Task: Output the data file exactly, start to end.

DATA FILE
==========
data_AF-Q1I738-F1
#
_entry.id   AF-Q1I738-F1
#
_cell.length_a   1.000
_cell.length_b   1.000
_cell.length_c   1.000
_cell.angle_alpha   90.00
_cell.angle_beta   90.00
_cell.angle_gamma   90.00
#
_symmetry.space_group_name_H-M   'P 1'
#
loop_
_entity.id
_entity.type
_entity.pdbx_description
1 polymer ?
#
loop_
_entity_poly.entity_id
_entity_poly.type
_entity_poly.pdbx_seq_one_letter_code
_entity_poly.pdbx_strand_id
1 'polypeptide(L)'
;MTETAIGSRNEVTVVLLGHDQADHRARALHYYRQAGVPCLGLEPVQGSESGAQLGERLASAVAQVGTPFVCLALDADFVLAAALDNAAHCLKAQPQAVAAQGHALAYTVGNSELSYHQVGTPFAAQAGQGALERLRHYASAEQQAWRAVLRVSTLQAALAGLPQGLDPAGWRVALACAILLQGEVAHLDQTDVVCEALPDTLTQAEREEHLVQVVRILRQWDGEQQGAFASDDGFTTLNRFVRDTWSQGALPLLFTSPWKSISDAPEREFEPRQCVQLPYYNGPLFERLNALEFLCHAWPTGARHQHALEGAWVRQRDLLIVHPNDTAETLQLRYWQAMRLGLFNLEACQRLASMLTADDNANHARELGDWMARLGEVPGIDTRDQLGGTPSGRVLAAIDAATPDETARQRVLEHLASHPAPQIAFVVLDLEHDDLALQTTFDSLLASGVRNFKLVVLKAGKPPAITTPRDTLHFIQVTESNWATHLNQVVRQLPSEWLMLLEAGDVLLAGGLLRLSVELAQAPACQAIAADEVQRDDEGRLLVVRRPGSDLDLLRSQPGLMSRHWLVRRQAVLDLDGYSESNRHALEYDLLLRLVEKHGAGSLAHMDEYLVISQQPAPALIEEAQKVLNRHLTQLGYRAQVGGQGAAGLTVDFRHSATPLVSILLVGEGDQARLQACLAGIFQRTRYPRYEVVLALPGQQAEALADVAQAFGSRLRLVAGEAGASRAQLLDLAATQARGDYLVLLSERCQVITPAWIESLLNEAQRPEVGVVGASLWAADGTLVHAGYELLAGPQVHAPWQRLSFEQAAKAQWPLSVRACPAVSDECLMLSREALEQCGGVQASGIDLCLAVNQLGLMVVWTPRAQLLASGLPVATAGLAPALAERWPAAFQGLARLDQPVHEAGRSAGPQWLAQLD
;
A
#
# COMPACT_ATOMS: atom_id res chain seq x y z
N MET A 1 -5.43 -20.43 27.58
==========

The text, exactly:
data_AF-Q1I738-F1
#
_entry.id   AF-Q1I738-F1
#
_cell.length_a   1.000
_cell.length_b   1.000
_cell.length_c   1.000
_cell.angle_alpha   90.00
_cell.angle_beta   90.00
_cell.angle_gamma   90.00
#
_symmetry.space_group_name_H-M   'P 1'
#
loop_
_entity.id
_entity.type
_entity.pdbx_description
1 polymer ?
#
loop_
_entity_poly.entity_id
_entity_poly.type
_entity_poly.pdbx_seq_one_letter_code
_entity_poly.pdbx_strand_id
1 'polypeptide(L)'
;MTETAIGSRNEVTVVLLGHDQADHRARALHYYRQAGVPCLGLEPVQGSESGAQLGERLASAVAQVGTPFVCLALDADFVLAAALDNAAHCLKAQPQAVAAQGHALAYTVGNSELSYHQVGTPFAAQAGQGALERLRHYASAEQQAWRAVLRVSTLQAALAGLPQGLDPAGWRVALACAILLQGEVAHLDQTDVVCEALPDTLTQAEREEHLVQVVRILRQWDGEQQGAFASDDGFTTLNRFVRDTWSQGALPLLFTSPWKSISDAPEREFEPRQCVQLPYYNGPLFERLNALEFLCHAWPTGARHQHALEGAWVRQRDLLIVHPNDTAETLQLRYWQAMRLGLFNLEACQRLASMLTADDNANHARELGDWMARLGEVPGIDTRDQLGGTPSGRVLAAIDAATPDETARQRVLEHLASHPAPQIAFVVLDLEHDDLALQTTFDSLLASGVRNFKLVVLKAGKPPAITTPRDTLHFIQVTESNWATHLNQVVRQLPSEWLMLLEAGDVLLAGGLLRLSVELAQAPACQAIAADEVQRDDEGRLLVVRRPGSDLDLLRSQPGLMSRHWLVRRQAVLDLDGYSESNRHALEYDLLLRLVEKHGAGSLAHMDEYLVISQQPAPALIEEAQKVLNRHLTQLGYRAQVGGQGAAGLTVDFRHSATPLVSILLVGEGDQARLQACLAGIFQRTRYPRYEVVLALPGQQAEALADVAQAFGSRLRLVAGEAGASRAQLLDLAATQARGDYLVLLSERCQVITPAWIESLLNEAQRPEVGVVGASLWAADGTLVHAGYELLAGPQVHAPWQRLSFEQAAKAQWPLSVRACPAVSDECLMLSREALEQCGGVQASGIDLCLAVNQLGLMVVWTPRAQLLASGLPVATAGLAPALAERWPAAFQGLARLDQPVHEAGRSAGPQWLAQLD
;
A
#
# COMPACT_ATOMS: atom_id res chain seq x y z
N MET A 1 -5.43 -20.43 27.58